My family moved to Jefferson in the Spring of 1946 from Southern California following World War II. My father worked in the shipyards and my mother ran a boarding house there.
We came to Oregon so the family could work in the fields which we did, starting with strawberry picking, mint hauling, bean picking, corn picking, etc as all were done by and before mechanization of those crops. There was no minimum age limits, so we all could work, and did all summer. We were all responsible for making enough for all school clothes and expenses. When we came to Jefferson, there seemed to be a lot more business than today.
Downtown had a Confectionary where we could go for ice cream, milk shakes, etc. There was a drug store, Doctor, Theater, two active lodges (Masons, Eastern Star Oddfellows and Rebeccas), a blacksmith, variety store, several grocery stores, several service stations and cafes, just to name the first part of the business area.
The “Terminal” was on the highway (Second Street) and was the bus terminal as Greyhound busses came through regularly. This was prior to the construction of Interstate 5 and highway 99 was the main north/south highway going through Jefferson.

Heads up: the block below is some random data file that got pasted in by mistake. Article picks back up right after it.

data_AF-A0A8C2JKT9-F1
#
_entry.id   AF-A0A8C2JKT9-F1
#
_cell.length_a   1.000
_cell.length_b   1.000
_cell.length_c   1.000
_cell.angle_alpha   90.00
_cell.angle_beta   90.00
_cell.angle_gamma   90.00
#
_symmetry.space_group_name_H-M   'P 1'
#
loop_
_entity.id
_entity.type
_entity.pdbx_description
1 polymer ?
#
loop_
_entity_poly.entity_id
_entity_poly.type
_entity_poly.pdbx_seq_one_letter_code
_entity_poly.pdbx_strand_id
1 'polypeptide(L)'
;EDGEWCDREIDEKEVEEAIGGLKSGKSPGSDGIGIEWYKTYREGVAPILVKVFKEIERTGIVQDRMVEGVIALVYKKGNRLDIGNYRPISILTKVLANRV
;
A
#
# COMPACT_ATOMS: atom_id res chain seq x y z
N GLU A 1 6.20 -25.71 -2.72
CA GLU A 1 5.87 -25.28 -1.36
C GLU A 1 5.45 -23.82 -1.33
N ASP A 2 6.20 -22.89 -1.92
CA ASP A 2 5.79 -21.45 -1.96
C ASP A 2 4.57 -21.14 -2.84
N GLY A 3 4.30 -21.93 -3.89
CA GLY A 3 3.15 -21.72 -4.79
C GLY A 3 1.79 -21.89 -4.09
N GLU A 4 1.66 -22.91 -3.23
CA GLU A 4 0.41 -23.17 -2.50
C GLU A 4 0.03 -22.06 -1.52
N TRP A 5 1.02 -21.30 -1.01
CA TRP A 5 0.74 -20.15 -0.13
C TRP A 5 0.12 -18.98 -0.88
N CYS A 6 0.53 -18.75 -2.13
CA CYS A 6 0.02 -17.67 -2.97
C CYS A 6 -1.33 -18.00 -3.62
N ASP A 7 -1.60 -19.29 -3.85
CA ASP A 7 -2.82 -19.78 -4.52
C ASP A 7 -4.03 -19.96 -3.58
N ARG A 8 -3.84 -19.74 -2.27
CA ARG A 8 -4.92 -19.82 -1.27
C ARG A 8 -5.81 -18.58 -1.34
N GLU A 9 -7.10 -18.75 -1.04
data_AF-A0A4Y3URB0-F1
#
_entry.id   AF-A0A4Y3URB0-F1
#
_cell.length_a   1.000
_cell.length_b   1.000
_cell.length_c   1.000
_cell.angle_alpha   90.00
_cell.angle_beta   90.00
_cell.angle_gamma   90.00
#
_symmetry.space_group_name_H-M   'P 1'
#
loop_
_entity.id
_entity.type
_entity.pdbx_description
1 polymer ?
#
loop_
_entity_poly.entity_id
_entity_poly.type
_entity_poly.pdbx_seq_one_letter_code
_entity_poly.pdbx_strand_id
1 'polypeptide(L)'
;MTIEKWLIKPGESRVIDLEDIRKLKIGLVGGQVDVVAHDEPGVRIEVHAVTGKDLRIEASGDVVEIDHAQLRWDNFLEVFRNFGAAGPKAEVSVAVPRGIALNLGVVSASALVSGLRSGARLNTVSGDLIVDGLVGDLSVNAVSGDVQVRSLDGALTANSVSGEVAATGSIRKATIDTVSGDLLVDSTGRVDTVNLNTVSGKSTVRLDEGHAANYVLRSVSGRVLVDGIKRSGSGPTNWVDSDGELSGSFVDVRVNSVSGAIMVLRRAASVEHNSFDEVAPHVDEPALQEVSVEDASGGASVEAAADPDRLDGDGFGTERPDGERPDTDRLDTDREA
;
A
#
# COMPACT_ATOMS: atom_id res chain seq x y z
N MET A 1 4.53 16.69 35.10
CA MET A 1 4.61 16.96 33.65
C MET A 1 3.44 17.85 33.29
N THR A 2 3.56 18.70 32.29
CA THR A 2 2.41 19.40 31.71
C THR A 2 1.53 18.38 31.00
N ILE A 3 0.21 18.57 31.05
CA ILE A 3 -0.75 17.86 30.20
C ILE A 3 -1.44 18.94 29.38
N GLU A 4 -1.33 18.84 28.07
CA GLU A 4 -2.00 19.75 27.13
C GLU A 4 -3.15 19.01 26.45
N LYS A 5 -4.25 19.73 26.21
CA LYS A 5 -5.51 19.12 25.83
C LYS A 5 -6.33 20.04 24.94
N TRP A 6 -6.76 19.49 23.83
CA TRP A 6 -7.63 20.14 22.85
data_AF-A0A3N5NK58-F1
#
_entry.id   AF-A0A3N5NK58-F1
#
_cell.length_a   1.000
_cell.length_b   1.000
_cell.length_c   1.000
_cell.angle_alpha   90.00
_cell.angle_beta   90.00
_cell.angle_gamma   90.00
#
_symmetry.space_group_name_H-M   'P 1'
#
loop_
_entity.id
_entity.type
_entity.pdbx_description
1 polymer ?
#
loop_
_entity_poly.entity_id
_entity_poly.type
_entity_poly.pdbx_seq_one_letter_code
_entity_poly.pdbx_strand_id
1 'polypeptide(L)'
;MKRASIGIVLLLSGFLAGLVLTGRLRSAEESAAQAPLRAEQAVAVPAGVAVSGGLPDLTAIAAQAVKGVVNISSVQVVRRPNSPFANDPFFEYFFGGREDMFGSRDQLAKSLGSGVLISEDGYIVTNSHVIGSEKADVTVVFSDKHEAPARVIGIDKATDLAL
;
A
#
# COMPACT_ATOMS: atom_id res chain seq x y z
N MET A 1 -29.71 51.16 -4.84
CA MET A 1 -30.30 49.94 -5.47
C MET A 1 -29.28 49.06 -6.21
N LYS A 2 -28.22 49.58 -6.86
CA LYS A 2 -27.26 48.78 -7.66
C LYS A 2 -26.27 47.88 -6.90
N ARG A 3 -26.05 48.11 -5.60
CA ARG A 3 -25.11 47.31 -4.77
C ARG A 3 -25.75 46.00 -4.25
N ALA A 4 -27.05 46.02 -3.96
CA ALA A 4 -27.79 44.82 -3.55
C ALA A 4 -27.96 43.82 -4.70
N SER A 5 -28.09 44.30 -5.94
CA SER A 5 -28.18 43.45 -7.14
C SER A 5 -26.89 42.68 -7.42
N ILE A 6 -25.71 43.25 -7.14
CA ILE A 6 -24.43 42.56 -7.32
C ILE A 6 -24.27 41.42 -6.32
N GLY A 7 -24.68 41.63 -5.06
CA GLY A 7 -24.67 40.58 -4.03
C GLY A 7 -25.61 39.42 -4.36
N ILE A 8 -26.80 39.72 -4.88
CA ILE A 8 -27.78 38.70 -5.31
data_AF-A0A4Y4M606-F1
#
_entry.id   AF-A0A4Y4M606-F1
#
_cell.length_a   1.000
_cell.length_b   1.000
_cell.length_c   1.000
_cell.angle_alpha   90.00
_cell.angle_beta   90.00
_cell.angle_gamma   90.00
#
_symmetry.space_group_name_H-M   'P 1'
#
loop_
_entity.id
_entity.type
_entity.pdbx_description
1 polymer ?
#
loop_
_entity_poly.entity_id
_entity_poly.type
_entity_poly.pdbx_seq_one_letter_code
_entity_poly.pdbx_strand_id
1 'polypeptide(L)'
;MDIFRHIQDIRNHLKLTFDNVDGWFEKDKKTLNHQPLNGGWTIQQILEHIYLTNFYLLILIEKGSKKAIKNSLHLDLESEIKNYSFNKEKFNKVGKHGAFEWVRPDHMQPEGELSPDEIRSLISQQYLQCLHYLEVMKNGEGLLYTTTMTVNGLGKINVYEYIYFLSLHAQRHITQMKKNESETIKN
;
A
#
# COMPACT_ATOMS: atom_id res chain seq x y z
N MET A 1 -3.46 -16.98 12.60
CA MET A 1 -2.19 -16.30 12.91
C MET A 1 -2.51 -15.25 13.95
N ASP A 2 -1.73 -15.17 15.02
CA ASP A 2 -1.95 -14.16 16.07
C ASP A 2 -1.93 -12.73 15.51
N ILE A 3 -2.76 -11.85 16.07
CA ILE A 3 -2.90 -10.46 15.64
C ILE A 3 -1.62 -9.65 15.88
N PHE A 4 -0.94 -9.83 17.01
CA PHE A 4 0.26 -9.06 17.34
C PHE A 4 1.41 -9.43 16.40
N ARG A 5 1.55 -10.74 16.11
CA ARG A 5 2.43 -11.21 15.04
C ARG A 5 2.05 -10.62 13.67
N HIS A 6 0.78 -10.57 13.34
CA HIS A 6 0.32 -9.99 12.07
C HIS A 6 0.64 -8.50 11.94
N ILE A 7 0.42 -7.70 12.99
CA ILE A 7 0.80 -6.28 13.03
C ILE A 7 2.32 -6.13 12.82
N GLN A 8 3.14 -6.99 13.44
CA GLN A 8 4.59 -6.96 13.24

Having been born on the Texas Plains and raised in Southern California among the Palm Trees, the thing that amazed me most was how high the fir trees grew! And I never knew that mint was a farm crop.
I have lived in Jefferson now for 57 years, married a Jefferson born native, raised a family, worked and retired in Jefferson and have see many, many changes take place in town. Major businesses destroyed by fire include the Evangelical Church, the Mari-Linn Co-Op and Freres Lumber Company, each of which have been replaced except the Co-Op.
A bank came to Jefferson in 1963, a new post office in 1960 and again in the early 1990s.
In 1946 there was one school that included all 12 grades. Now there are three schools as the population has grown to require a grade school, middle school and high school. Jefferson will continue to change.
–Margaret Hire Knight